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Funny stories about family

An Awkward Situation Becomes Exponentially More Awkward

, , , , , , , , | Related | November 8, 2021

I was asked by a lesbian couple to donate sperm for them so they could have a child. I was personally quite honored that they had chosen me and agreed to help with the promise I could visit their kids on occasion and play with them after the birth but with the understanding that I would not try to play the role of a “father” since the child would already have two parents. They didn’t want to go through the expense of a doctor visit, so we were doing artificial insemination at home without a doctor present.

The second or third month of trying, I came to visit them as usual for the donation. I did my regular playtime with their son for a while before finally heading into the bathroom to “do my part.” Usually, once I finish, I hand off my donation and immediately leave so my friend can go do her part immediately without worrying about wasting time on awkward pleasantries. I’ve already said my goodbyes to everyone ahead of time so I can make a quick exit.

This time, just as I came out and handed off the little container with my donation, there was a knock on the door. It turned out that my friend’s father had decided on a surprise visit. After stashing the donation in her room so he wouldn’t see it, my friend answered the door, and eventually, she introduced us.

Friend: “This is my father. Dad, this is our friend, [My Name].”

Father: “Oh, I’ve heard a lot about you. It’s really nice to finally meet you.”

I had honestly never thought to ask how much detail my friend had given her father about trying to conceive. I didn’t know whether her father was aware of the fact that I was donating sperm or if it was just the general stuff you would hear about a friend.

To make matters worse, the father then held out his hand to shake with me. I should point out that there are conflicting claims online that sperm being exposed to air for too long will harm the donation. I honestly think this isn’t an issue for the length of time it takes to hand it off, but just to be safe, I try to rush the donation to my friend after producing it, and amongst other things, that means I put off washing my hands after producing it until I get to my car and can use my hand sanitizer there. While I admit I’ve never been taught what the proper social etiquette is for meeting the father of the lesbian you’re trying to impregnate, I’m pretty sure that, given what I had just been doing in the bathroom, shaking his hand is not recommended.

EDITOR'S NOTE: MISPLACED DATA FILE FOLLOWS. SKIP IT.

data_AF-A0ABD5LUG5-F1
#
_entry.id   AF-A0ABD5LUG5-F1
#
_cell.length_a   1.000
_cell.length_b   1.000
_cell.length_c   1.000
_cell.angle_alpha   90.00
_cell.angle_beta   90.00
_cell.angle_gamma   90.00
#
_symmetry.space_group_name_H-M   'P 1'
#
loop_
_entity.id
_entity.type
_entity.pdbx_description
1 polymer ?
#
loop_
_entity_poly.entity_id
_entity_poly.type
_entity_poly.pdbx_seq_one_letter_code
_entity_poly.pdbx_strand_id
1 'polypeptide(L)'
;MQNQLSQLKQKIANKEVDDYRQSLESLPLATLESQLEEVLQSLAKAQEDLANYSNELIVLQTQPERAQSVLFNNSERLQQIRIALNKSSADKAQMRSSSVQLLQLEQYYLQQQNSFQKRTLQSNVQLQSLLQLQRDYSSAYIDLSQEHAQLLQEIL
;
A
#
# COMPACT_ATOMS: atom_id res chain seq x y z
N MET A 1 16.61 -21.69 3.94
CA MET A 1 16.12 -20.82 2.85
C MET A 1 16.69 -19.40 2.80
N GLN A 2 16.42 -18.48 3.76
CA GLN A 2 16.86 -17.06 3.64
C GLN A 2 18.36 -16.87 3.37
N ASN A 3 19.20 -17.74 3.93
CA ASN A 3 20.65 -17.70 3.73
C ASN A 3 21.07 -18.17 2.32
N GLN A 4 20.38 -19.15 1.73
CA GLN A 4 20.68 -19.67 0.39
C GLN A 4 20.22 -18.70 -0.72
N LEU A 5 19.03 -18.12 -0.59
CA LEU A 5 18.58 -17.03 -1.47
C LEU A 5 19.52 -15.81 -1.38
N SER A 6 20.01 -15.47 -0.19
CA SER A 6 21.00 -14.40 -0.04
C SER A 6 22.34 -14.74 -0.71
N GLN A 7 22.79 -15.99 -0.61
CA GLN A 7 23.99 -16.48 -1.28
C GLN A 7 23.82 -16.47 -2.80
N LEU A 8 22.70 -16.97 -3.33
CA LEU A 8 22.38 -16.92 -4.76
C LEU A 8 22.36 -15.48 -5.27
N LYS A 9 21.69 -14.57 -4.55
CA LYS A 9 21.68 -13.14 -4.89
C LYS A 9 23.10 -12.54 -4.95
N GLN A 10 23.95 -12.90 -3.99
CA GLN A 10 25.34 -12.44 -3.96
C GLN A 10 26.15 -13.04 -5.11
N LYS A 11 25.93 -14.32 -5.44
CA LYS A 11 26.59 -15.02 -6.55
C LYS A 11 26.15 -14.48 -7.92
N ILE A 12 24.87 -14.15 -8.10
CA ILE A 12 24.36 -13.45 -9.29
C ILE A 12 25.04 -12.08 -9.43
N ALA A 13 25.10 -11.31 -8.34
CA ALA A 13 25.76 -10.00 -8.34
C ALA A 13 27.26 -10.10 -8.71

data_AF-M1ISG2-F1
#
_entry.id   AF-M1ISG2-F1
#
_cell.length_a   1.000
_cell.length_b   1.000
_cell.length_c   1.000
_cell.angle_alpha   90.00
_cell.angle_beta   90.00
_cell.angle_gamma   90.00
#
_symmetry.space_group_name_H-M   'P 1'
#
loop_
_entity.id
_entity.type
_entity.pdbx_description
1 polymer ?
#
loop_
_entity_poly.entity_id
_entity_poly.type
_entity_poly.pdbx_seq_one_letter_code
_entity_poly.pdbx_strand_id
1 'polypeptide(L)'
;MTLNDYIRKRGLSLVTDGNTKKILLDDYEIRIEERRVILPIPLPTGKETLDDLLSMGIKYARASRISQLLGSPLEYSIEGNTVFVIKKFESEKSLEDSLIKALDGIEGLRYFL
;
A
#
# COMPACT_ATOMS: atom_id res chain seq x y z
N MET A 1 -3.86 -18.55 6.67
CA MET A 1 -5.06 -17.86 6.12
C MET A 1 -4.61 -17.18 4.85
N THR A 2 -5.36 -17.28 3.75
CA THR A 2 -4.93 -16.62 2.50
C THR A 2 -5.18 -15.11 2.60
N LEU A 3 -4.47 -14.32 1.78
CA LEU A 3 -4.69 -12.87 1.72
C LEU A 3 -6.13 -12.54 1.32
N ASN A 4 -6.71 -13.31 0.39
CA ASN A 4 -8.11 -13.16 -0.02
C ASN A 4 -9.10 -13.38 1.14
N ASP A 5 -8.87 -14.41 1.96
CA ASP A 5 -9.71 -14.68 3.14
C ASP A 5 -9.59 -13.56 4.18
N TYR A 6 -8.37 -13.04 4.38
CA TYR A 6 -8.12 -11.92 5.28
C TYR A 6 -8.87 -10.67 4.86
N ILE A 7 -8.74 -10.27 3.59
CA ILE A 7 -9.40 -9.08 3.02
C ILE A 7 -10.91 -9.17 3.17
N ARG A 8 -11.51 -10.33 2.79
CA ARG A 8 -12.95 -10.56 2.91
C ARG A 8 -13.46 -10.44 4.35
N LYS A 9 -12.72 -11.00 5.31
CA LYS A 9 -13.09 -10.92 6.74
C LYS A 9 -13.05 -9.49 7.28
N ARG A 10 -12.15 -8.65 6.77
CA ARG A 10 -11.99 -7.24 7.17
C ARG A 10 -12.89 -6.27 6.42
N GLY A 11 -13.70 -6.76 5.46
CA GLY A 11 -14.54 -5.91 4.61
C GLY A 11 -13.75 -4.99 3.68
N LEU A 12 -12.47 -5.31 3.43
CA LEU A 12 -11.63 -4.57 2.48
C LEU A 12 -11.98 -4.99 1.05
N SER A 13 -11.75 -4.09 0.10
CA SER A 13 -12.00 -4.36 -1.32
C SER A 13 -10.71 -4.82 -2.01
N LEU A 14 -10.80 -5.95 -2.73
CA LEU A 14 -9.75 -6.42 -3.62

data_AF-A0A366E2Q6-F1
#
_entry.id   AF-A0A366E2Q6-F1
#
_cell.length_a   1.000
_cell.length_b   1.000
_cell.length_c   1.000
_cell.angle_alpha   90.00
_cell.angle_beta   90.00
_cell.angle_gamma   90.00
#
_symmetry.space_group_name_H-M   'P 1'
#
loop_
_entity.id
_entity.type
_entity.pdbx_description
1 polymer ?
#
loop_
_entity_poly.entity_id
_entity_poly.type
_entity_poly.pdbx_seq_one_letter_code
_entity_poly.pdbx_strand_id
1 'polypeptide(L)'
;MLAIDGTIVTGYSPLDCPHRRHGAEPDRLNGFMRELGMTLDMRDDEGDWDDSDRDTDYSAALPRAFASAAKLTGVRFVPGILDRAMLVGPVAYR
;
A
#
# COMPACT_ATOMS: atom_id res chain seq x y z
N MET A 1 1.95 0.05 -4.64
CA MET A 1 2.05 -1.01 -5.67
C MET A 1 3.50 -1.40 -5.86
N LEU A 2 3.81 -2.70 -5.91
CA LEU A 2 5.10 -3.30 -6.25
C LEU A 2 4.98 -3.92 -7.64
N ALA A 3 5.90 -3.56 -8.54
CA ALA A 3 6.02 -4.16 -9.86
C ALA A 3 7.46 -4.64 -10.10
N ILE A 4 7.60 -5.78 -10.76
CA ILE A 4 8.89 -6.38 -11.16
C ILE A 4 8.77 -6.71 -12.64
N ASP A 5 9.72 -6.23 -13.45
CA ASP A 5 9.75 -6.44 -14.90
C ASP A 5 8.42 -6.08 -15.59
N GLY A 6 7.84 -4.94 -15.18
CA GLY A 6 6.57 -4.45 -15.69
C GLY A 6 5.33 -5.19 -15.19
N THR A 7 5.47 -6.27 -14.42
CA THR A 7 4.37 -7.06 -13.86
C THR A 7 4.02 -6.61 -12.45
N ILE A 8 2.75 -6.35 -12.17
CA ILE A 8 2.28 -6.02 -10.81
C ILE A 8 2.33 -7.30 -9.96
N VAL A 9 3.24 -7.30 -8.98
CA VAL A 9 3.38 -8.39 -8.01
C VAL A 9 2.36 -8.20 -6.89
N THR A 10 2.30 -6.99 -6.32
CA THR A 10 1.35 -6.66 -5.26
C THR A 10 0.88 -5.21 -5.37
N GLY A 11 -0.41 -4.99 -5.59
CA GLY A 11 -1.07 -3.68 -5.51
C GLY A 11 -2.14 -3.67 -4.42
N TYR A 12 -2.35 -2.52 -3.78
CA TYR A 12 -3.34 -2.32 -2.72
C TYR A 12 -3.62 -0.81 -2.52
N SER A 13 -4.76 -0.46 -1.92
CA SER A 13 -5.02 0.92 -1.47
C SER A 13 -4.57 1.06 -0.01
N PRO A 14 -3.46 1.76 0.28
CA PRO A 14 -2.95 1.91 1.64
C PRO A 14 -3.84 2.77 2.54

Me: “Oh, sorry, I’d prefer not to shake hands right now, but it’s really nice to meet you, too.”

Father: “Oh, ’cause of [health crisis]? No problem.”

We were all vaccinated at this point. Considering I’d just been manhandling their son, roughhousing, tickling, throwing him on a couch, and dangling him by his toes, etc., I could hardly claim to have been the most cautious about the crisis; I thought our vaccination was sufficient protection. Still, this seemed as good an excuse as any for not shaking his hand, so I settled for a non-committal sound before my friend came to my rescue.

Friend: “[My Name] was just leaving, actually.”

Me: “Yeah, sorry to run so fast, but I really have to go to get home on time. It was really nice to meet you, though!”

With that, I fled like a coward, mentally wishing my friend good luck with figuring out how to handle her father’s visit while on a deadline to use the donation.

Thank Goodness Each Generation Moves Further From The Previous One

, , , , | Related | November 6, 2021

My mom is originally from a town in Tennessee where interracial relationships are generally frowned upon. It didn’t rest well with her when I started dating a fellow black student in one of my classes at a community college.

Mom: “I just want the best for you! This is gonna end badly for you, and I don’t want you to end up in jail, a single mother, or dead!”

I counter her to stop with her racial stereotypes.

Mom: “Okay, what about when he wants to go to Detroit? You know how dangerous it is over there?”

Me: “First off, he was born and raised here and doesn’t know a single soul in Detroit, and second, he’s commented several times that he’d never even stop in Detroit for a hot dog because of the deplorable state it’s in.”

Mom: “Or maybe vacation in Compton or Philadelphia…”